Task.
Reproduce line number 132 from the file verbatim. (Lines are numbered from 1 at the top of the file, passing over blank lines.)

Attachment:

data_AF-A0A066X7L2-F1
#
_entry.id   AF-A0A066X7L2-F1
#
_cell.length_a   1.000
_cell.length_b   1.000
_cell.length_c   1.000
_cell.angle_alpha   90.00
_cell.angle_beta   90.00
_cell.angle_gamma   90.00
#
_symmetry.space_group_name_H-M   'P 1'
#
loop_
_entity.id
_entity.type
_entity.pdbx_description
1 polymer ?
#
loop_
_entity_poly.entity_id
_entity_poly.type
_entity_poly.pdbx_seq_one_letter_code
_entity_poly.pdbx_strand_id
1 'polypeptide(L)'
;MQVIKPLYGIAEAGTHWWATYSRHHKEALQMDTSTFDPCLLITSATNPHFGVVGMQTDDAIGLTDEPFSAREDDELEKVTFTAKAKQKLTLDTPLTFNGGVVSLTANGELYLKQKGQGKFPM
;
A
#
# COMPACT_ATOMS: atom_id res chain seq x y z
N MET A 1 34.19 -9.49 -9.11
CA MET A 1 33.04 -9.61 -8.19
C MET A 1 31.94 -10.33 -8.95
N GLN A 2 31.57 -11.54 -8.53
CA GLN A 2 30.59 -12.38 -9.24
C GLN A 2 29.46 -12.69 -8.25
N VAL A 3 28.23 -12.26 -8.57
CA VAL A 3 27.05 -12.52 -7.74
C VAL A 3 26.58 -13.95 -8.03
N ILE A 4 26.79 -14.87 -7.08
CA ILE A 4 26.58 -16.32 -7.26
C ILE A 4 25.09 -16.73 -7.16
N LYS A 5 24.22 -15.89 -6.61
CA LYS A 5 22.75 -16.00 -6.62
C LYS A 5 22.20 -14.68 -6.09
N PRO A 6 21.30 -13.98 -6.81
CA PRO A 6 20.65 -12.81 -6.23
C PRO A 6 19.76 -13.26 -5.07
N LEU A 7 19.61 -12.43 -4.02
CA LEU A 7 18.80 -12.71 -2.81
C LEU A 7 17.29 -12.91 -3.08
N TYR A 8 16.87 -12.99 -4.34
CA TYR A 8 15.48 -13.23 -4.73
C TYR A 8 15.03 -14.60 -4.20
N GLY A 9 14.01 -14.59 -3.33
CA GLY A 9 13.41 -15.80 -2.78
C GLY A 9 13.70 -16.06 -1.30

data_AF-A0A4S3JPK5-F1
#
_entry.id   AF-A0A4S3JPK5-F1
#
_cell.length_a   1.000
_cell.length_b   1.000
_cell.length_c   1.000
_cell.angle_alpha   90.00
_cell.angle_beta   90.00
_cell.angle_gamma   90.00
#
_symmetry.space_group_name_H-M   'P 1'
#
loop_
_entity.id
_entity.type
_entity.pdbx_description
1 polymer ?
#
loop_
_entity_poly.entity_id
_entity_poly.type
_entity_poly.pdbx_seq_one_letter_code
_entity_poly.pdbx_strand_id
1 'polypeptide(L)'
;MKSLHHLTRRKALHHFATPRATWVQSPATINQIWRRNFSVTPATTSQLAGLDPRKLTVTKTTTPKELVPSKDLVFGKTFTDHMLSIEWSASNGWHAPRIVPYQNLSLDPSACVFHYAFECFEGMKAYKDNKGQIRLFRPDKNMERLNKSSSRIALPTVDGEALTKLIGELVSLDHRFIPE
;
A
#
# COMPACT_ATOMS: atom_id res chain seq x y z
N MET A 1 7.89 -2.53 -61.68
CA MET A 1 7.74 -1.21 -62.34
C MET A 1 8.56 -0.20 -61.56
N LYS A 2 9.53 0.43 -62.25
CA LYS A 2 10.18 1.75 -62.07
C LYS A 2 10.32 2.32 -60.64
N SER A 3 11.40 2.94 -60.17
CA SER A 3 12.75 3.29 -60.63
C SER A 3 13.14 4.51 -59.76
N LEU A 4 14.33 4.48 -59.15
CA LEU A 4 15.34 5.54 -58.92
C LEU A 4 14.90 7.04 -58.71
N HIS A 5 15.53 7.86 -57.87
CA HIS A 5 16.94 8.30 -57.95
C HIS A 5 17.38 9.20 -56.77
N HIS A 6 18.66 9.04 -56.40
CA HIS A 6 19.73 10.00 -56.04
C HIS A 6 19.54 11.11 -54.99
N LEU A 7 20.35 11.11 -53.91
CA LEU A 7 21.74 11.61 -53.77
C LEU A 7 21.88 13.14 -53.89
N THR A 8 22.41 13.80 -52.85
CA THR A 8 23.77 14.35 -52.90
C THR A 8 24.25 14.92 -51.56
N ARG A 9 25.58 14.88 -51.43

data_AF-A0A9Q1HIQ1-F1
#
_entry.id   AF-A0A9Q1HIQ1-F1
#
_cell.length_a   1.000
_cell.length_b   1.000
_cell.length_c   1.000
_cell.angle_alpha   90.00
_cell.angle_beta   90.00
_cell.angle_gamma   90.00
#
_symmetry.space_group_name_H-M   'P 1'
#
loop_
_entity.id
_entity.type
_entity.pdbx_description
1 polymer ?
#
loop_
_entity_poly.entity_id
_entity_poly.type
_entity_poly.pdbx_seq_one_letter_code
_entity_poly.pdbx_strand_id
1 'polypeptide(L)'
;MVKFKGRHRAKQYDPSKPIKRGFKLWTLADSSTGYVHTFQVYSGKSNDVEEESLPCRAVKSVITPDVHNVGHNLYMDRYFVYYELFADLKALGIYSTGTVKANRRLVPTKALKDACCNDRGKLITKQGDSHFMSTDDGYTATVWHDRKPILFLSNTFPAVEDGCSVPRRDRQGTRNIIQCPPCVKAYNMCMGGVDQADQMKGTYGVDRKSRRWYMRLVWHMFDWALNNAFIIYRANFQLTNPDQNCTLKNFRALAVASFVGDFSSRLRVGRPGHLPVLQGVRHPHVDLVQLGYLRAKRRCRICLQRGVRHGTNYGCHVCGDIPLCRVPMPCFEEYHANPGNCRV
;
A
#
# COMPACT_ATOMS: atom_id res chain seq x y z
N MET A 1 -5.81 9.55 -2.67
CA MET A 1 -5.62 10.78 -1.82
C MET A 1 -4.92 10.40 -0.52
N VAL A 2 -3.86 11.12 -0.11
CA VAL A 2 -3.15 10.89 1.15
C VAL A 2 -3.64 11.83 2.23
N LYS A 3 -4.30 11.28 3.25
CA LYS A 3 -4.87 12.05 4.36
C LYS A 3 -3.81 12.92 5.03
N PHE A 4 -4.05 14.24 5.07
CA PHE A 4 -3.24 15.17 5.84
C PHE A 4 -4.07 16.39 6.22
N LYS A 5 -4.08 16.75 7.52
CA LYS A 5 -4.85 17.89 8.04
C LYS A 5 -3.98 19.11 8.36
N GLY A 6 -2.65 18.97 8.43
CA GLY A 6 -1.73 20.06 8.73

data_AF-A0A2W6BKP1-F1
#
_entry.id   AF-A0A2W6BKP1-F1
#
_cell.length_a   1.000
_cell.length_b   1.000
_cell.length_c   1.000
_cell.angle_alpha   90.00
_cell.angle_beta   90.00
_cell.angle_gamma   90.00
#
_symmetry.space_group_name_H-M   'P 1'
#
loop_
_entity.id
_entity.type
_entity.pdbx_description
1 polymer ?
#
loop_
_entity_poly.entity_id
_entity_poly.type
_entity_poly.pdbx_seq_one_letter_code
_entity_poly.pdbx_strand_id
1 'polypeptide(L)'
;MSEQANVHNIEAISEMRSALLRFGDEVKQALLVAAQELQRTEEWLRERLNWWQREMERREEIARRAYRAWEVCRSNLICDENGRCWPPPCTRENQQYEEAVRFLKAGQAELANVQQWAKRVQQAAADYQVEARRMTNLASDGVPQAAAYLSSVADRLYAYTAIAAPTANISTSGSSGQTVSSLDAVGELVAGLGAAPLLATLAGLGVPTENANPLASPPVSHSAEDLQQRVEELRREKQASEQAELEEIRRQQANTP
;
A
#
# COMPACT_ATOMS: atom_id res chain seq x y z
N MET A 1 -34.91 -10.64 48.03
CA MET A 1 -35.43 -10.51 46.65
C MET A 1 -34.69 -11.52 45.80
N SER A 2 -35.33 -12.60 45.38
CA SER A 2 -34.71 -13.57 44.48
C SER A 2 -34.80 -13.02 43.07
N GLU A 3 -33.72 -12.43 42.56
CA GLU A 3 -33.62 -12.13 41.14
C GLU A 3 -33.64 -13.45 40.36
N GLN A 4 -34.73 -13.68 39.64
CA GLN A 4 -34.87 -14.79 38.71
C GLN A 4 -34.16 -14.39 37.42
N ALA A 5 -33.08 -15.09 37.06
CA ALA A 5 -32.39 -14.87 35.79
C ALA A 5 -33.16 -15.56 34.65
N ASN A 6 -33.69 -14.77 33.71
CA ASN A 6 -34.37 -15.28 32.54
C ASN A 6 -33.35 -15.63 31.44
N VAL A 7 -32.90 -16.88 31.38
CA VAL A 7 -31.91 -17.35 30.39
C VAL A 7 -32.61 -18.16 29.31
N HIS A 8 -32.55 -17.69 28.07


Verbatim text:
loop_